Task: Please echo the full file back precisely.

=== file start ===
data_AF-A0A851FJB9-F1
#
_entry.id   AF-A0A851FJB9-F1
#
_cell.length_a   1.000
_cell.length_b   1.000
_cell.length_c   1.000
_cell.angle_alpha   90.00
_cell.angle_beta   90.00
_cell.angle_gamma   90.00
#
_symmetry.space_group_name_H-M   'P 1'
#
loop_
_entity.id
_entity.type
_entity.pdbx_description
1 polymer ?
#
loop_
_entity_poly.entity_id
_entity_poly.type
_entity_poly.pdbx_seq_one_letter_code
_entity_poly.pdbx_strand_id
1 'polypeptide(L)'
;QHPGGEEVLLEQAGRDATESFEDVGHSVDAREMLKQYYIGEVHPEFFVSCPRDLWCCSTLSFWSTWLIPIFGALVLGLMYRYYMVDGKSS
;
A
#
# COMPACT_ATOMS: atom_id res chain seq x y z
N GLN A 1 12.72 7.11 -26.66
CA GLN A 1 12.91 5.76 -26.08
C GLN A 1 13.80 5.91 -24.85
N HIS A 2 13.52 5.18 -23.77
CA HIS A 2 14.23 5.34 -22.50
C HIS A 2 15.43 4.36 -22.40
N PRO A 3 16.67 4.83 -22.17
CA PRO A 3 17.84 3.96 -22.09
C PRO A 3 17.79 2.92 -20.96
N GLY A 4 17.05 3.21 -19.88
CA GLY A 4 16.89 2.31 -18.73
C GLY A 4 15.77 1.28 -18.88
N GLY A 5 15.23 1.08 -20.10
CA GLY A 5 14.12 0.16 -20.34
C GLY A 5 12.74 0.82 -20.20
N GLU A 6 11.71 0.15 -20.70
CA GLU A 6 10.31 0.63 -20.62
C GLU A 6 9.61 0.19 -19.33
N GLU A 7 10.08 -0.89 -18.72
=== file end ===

data_AF-A0A851FJB9-F1
#
_entry.id   AF-A0A851FJB9-F1
#
_cell.length_a   1.000
_cell.length_b   1.000
_cell.length_c   1.000
_cell.angle_alpha   90.00
_cell.angle_beta   90.00
_cell.angle_gamma   90.00
#
_symmetry.space_group_name_H-M   'P 1'
#
loop_
_entity.id
_entity.type
_entity.pdbx_description
1 polymer ?
#
loop_
_entity_poly.entity_id
_entity_poly.type
_entity_poly.pdbx_seq_one_letter_code
_entity_poly.pdbx_strand_id
1 'polypeptide(L)'
;QHPGGEEVLLEQAGRDATESFEDVGHSVDAREMLKQYYIGEVHPEFFVSCPRDLWCCSTLSFWSTWLIPIFGALVLGLMYRYYMVDGKSS
;
A
#
# COMPACT_ATOMS: atom_id res chain seq x y z
N GLN A 1 12.72 7.11 -26.66
CA GLN A 1 12.91 5.76 -26.08
C GLN A 1 13.80 5.91 -24.85
N HIS A 2 13.52 5.18 -23.77
CA HIS A 2 14.23 5.34 -22.50
C HIS A 2 15.43 4.36 -22.40
N PRO A 3 16.67 4.83 -22.17
CA PRO A 3 17.84 3.96 -22.09
C PRO A 3 17.79 2.92 -20.96
N GLY A 4 17.05 3.21 -19.88
CA GLY A 4 16.89 2.31 -18.73
C GLY A 4 15.77 1.28 -18.88
N GLY A 5 15.23 1.08 -20.10
CA GLY A 5 14.12 0.16 -20.34
C GLY A 5 12.74 0.82 -20.20
N GLU A 6 11.71 0.15 -20.70
CA GLU A 6 10.31 0.63 -20.62
C GLU A 6 9.61 0.19 -19.33
N GLU A 7 10.08 -0.89 -18.72